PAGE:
It’s worse when you convince yourself that they do love you. Because eventually, you’ll come to your senses, and the hole inside of you, gnawing away at your emotions, will reopen, and it will be more painful than ever.

The blooming feeling in your chest never happens with them.

(The blooming feeling was what you call love. It’s the one where you feel like your chest is ripping apart at the seams. It’s painful in a nice way. Other people could relate it to the expression “bursting with pride” because it felt like that, but more intense. It’s so much better than the gnawing feeling.)

The blooming feeling has happened with your best friend, your skating coach, and one really, really good book.

But never your parents.

You try to live around this fact.

You know you’ll be a pretty messed up adult, and you’ll probably talk about this with your shrink. (You’ll also talk about the fact that you are flat out terrified of your father.) You should probably think about crossing that bridge when you come to it.

Now, you focus on the people who love you back.

Your thoughts come back to the present, and your brain decides to throw another hard question at you.

Do you trust anybody?

Well crap.

You trust some people.

Just not your dad.

You haven’t trusted him since the sixth grade.

And there are solid reasons behind that.

You had come home from a good day. School was nice, and you had a good time. You’re walking up to the front door, and you try to open it. It’s locked, but that isn’t unusual. Your dad is unemployed, and his cars in the driveway. You ring your doorbell No answer. Your dad isn’t coming to the door. You bang on the door. Maybe he’s asleep. The curtains on your front windows are pulled, but you can still see inside. You see your dad on the couch. You bang on the window. Then back to the doorbell, then back to the window. Eventually the window cracks. You stop banging on the window. Out of the corner of your eye, you see his jeep. It’s unlocked, and your garage door opener was in there. You finally get into your house. Your dad is no longer on the couch. He’s in the kitchen, swaying. He leers at you. Your house smells stale. He doesn’t look right. Something is definitely off. You take a step closer to him and realize that he is the stale smell. The smell of stale beer, and vodka. You gag. He opens his mouth to speak, but you’re already gone. You gather his keys around the house as fast as you can. He catches you in the hallway. You don’t see his hand coming until it’s gone solid across your face. You don’t feel his foot kick you until you’ve shoved him hard away from you, and into the wall. You don’t cry about any of this until you’re safe in your room with the door locked. He had said he’d never do this to you again, and your mom believed him. You didn’t. You suppose it’s easier for her to believe because she isn’t the one being hit. He’s never touched her.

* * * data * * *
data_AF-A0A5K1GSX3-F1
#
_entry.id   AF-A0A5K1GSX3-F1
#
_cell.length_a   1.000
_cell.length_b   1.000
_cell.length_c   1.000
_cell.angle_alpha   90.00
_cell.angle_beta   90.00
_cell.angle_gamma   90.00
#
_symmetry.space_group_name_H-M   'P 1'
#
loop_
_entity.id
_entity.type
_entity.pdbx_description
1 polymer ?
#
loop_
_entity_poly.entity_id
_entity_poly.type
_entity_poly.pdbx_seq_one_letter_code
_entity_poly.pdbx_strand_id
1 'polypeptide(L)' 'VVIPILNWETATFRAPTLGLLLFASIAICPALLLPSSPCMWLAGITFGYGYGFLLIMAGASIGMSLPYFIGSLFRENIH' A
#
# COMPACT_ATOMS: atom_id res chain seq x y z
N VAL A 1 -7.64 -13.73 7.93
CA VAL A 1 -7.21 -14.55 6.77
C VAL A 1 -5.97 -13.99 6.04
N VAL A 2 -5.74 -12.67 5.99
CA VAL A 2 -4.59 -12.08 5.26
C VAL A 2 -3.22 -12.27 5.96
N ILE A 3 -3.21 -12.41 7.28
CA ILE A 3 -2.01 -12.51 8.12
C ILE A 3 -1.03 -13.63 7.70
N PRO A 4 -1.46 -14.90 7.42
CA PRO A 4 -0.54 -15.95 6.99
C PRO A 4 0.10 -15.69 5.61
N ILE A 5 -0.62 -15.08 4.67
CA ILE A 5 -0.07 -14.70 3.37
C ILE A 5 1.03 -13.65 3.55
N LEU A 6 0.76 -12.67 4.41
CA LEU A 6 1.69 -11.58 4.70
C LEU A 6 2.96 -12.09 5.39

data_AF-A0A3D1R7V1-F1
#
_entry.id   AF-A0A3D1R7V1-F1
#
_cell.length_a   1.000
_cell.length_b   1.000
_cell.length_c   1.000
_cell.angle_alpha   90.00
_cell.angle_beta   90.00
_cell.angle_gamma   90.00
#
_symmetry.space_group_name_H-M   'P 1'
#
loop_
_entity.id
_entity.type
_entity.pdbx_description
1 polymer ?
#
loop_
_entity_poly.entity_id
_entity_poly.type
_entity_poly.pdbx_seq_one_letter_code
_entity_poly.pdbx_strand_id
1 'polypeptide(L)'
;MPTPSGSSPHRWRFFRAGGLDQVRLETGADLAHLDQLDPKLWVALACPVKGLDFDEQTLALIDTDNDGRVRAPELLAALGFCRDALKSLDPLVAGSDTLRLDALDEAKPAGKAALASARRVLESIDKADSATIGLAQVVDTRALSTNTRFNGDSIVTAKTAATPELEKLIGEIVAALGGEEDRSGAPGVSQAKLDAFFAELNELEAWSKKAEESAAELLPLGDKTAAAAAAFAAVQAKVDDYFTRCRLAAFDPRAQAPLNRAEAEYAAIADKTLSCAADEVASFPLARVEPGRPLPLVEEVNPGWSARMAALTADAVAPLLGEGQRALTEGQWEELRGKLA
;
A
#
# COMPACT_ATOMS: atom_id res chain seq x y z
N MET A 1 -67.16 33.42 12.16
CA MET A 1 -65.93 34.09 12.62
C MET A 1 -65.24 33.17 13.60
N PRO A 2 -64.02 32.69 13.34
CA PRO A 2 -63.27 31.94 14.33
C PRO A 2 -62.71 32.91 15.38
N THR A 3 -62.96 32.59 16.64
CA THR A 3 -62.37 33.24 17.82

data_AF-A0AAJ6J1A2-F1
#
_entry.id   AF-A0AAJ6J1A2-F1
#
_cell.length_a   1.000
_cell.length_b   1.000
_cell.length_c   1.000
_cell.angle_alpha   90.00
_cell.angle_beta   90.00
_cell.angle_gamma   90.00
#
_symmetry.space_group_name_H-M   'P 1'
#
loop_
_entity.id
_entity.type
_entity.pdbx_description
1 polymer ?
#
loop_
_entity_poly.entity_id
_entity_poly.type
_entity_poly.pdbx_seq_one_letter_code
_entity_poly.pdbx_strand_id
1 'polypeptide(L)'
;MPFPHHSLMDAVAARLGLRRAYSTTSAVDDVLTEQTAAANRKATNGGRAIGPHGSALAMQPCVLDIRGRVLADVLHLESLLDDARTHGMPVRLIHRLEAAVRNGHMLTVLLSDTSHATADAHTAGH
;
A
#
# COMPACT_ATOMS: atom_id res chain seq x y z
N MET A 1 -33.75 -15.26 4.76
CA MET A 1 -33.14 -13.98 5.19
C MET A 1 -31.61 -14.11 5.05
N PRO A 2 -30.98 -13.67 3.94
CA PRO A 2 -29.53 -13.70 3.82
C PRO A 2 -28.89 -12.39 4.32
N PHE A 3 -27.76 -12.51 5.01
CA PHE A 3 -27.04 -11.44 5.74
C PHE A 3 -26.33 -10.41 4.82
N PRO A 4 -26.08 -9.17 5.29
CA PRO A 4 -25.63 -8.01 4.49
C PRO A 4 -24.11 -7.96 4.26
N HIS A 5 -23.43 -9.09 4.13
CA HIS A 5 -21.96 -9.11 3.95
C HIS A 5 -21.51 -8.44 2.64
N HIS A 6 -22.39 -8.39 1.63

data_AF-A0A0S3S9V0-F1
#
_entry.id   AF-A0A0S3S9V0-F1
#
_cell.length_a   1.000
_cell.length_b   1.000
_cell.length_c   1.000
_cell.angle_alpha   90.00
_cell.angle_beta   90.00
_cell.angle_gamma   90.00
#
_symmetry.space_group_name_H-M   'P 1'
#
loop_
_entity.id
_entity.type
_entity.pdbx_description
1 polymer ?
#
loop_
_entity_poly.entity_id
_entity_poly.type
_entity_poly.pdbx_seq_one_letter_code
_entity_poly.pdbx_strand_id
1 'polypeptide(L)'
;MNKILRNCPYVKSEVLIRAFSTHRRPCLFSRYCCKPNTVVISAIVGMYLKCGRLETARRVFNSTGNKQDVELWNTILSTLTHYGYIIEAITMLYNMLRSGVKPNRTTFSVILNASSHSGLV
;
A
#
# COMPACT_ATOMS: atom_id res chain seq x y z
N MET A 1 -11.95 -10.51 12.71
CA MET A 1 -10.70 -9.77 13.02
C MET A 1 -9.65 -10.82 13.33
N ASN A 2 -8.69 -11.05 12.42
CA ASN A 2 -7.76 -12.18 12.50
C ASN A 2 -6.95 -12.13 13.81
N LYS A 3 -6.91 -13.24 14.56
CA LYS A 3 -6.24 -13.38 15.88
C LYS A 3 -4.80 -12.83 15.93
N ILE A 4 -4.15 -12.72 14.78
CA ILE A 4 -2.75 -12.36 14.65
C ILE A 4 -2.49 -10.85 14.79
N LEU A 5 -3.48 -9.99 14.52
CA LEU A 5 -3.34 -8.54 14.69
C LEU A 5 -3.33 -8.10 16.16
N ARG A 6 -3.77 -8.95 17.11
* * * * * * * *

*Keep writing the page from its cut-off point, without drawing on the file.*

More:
You come out of your memories and look at your clock.

It’s time to get up.

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You’re reading again, but you aren’t paying attention to the words.

You’re waiting for it to be 12:08 in the morning.

You’re waiting for the minute you die.

It’s 12:04.

You grab the knife off your desk.

12:05

You open the door to your room.

12:05

You step out into the hallway.

12:06

You open the door to your mom’s room.

12:07

You walk into her room and stand next to the bed.

12:08

You ask her,

“Mom, do you love me?” in a cracking and scared voice.

“Say yes.”

I can’t hear her answer, but the knife drops from your hand, and you start to sob.

I can only assume she said yes.